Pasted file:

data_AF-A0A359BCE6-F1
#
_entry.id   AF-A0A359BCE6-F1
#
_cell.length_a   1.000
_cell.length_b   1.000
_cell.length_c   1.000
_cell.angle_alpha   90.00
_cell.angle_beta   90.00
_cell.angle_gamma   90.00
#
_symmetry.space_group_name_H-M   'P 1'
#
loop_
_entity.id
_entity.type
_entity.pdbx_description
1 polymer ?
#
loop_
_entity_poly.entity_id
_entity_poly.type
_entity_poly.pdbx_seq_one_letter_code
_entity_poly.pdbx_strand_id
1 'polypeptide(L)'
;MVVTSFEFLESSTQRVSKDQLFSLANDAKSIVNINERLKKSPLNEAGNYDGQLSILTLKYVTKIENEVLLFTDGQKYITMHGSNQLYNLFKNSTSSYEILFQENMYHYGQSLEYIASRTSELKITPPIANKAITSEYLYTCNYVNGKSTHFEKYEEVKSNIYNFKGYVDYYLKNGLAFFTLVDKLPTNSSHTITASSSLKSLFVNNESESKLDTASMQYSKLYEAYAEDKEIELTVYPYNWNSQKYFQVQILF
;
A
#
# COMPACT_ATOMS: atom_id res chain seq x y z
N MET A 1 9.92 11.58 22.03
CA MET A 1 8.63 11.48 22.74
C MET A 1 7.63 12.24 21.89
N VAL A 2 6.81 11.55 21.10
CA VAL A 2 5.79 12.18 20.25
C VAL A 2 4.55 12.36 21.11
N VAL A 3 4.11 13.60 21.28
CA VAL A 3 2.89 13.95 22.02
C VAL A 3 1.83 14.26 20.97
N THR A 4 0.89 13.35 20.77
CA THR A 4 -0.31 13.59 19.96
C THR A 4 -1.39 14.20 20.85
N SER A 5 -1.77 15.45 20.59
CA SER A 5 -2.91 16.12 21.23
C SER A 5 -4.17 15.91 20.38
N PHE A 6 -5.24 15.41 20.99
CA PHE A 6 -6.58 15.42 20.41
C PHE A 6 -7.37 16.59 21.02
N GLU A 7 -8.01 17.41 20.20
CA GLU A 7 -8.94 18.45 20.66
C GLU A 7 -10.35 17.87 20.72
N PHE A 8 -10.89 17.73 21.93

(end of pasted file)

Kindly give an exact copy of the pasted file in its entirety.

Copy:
data_AF-A0A359BCE6-F1
#
_entry.id   AF-A0A359BCE6-F1
#
_cell.length_a   1.000
_cell.length_b   1.000
_cell.length_c   1.000
_cell.angle_alpha   90.00
_cell.angle_beta   90.00
_cell.angle_gamma   90.00
#
_symmetry.space_group_name_H-M   'P 1'
#
loop_
_entity.id
_entity.type
_entity.pdbx_description
1 polymer ?
#
loop_
_entity_poly.entity_id
_entity_poly.type
_entity_poly.pdbx_seq_one_letter_code
_entity_poly.pdbx_strand_id
1 'polypeptide(L)'
;MVVTSFEFLESSTQRVSKDQLFSLANDAKSIVNINERLKKSPLNEAGNYDGQLSILTLKYVTKIENEVLLFTDGQKYITMHGSNQLYNLFKNSTSSYEILFQENMYHYGQSLEYIASRTSELKITPPIANKAITSEYLYTCNYVNGKSTHFEKYEEVKSNIYNFKGYVDYYLKNGLAFFTLVDKLPTNSSHTITASSSLKSLFVNNESESKLDTASMQYSKLYEAYAEDKEIELTVYPYNWNSQKYFQVQILF
;
A
#
# COMPACT_ATOMS: atom_id res chain seq x y z
N MET A 1 9.92 11.58 22.03
CA MET A 1 8.63 11.48 22.74
C MET A 1 7.63 12.24 21.89
N VAL A 2 6.81 11.55 21.10
CA VAL A 2 5.79 12.18 20.25
C VAL A 2 4.55 12.36 21.11
N VAL A 3 4.11 13.60 21.28
CA VAL A 3 2.89 13.95 22.02
C VAL A 3 1.83 14.26 20.97
N THR A 4 0.89 13.35 20.77
CA THR A 4 -0.31 13.59 19.96
C THR A 4 -1.39 14.20 20.85
N SER A 5 -1.77 15.45 20.59
CA SER A 5 -2.91 16.12 21.23
C SER A 5 -4.17 15.91 20.38
N PHE A 6 -5.24 15.41 20.99
CA PHE A 6 -6.58 15.42 20.41
C PHE A 6 -7.37 16.59 21.02
N GLU A 7 -8.01 17.41 20.20
CA GLU A 7 -8.94 18.45 20.66
C GLU A 7 -10.35 17.87 20.72
N PHE A 8 -10.89 17.73 21.93